Second, even if Mr. Trudeau had not earned the “Mr.” through political office, it would be his as a sign of respect for his person and age: He’ll be 50 this year.
It’s disappointing to see ad hominem tropes based on Mr. Trudeau’s surname: Trudope, Trou d’eau (hole of water), and others. In terms of disrespect, they align with O’Tool and O’Fool. Not that clever really. Sort of like a recent social media mock debate about hockey player nicknames, in which the question was asked whether Browner and Brownster were too similar sounding once Brownie was taken for the Ottawa Senators’ Connor Brown, Josh Brown, and Logan Brown.
I admit my own failure to consistently hold to this simple 1, 2, 3 standard.
During the 2019 election, I was unsettled by what I perceived as insincerity in the disconnection between the Liberal Party’s environmental posturing and its practices. Arguing taxpayers get more back in carbon price rebates than they pay in carbon taxes highlighted what a vehicle owner pays at the pump. It did not address additional costs for farms, food production, transportation for all goods, and the GST/HST charged on top of the carbon tax.
Flying two campaign planes and buying carbon offsets does not reduce emissions. It pays a financial penalty for them. The day Mr. Trudeau made a campaign announcement on environmental policy at a lakefront from behind a podium that had Green Party green signage instead of Liberal Party red was the day I started writing furiously about this apparent hypocrisy. I wrote a scathing article. Thankfully, my submission to Convivium was declined, with the explanation that it did not meet the benchmark for being balanced, factual, and respectful.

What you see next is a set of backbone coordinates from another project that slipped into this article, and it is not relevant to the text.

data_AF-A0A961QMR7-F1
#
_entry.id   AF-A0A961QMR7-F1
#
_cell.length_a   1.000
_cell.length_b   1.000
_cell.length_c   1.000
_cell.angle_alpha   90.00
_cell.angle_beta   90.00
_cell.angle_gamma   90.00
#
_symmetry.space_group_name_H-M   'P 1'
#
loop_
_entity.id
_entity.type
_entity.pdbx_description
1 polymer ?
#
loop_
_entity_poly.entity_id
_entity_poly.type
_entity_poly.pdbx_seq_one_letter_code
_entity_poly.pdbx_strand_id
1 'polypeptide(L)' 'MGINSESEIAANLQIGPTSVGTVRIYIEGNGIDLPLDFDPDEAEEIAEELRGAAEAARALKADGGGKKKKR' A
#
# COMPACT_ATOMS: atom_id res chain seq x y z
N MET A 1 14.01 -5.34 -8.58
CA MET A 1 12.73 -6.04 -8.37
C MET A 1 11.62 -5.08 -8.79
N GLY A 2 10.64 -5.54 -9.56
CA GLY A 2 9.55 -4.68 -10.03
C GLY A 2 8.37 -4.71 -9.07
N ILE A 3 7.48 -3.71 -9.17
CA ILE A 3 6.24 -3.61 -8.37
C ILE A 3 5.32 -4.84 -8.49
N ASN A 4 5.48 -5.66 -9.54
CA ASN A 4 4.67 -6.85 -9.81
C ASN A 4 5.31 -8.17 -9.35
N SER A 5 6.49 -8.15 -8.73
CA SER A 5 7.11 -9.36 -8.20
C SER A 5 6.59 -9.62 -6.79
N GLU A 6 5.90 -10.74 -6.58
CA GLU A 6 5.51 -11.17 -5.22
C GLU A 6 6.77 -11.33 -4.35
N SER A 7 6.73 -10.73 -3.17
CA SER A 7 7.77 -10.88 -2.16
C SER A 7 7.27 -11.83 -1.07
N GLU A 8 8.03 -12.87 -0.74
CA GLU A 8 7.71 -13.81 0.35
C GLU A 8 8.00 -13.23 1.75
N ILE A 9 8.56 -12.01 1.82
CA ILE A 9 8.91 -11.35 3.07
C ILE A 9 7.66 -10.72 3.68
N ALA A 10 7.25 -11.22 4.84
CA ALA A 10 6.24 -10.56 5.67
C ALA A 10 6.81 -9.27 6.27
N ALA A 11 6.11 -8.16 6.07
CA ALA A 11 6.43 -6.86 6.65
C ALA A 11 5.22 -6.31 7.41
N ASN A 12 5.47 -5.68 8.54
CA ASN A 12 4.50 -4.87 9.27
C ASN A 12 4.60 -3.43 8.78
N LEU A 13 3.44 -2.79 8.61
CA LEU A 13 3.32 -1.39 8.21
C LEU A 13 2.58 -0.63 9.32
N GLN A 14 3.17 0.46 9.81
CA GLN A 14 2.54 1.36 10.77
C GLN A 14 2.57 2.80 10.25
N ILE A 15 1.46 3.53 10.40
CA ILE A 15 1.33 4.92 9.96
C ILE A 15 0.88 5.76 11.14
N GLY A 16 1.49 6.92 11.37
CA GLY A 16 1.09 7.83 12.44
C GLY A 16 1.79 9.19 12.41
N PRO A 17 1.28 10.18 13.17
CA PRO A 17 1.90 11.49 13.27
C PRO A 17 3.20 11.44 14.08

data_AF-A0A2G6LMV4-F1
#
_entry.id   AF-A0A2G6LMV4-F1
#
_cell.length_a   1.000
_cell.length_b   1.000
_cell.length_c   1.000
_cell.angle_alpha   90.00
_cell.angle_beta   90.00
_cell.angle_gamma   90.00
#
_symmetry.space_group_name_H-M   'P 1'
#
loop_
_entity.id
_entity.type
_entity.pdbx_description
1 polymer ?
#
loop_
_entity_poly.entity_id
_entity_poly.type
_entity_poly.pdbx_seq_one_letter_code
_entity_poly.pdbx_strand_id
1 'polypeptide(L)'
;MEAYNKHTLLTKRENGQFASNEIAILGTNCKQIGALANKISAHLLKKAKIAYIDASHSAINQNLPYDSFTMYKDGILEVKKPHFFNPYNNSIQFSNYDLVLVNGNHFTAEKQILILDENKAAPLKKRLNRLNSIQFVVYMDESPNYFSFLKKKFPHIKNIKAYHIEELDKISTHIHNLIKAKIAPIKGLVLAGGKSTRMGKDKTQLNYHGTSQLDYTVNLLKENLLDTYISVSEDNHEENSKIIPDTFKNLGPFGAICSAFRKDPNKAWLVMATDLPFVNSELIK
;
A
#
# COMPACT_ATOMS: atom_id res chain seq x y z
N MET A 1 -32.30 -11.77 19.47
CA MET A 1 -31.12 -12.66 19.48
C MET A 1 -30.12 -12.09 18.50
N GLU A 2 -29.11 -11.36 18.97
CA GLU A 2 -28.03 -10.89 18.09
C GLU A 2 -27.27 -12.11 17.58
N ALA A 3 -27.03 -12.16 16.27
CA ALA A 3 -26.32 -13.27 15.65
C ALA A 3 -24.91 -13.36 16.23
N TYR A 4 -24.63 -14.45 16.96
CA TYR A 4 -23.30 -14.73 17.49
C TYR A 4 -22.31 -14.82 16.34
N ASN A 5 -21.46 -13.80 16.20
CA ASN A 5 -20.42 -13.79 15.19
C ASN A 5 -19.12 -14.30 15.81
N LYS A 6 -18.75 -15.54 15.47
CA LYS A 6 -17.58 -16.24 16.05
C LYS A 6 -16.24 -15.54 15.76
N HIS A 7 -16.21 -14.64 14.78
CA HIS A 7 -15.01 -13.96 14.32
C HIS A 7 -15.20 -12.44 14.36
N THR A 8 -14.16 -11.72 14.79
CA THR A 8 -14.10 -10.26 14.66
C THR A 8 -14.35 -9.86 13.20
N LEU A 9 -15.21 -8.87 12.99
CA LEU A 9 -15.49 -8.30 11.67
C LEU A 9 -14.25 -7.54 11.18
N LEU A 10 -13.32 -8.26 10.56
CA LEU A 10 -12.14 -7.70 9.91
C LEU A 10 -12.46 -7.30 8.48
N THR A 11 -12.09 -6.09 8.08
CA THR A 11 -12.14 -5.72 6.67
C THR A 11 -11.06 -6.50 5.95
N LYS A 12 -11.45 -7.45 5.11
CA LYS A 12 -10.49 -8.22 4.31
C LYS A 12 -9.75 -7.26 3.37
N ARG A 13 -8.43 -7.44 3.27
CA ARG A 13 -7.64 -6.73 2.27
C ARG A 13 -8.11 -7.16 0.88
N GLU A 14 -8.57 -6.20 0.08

There’s a figure of speech used in politics that, lamentably, is drawn from a tragedy of religious extremism. Jim Jones was an American cult leader who led his followers to establish a commune in Guyana. There, in 1978, at Jones’ unquestionable decree 918 people – over 300 of them children – committed mass suicide by drinking a cyanide-laced powdered drink mix. Beware swallowing the Kool-Aid of personal or partisan passion that views political competitors as enemy combatants, evil and without potential for good in themselves or their policy proposals simply because they are in another camp. That’s poison to the mind and soul.
The candidate who applied for the nomination in Papineau did fail to disclose a history of wearing blackface and a publicly reported incident of groping a female journalist. He said he learned his lesson.
The first-term Prime Minister left unfulfilled four years later his promises of electoral reform, small deficits, a balanced budget, ending boil-water advisories on First Nations’ reserves, and transparency in government. Broken promises are part of the basis on which almost all elected politicians are evaluated in subsequent elections.
Shifting statements on SNC-Lavalin and his use of blackface, or using another party’s signature hue for an announcement vis-à-vis that other party’s raison d’être, don’t make Mr. Trudeau an evil person. They are questionable behaviour.
As a Christian, I am exhorted not to allow such behaviour to transform my mind, my attitude, or the character of my writing about Mr. Trudeau or others. I was reminded of that when beckoned back to balance, facts and respect. I’m grateful.
I hope this article pays it forward.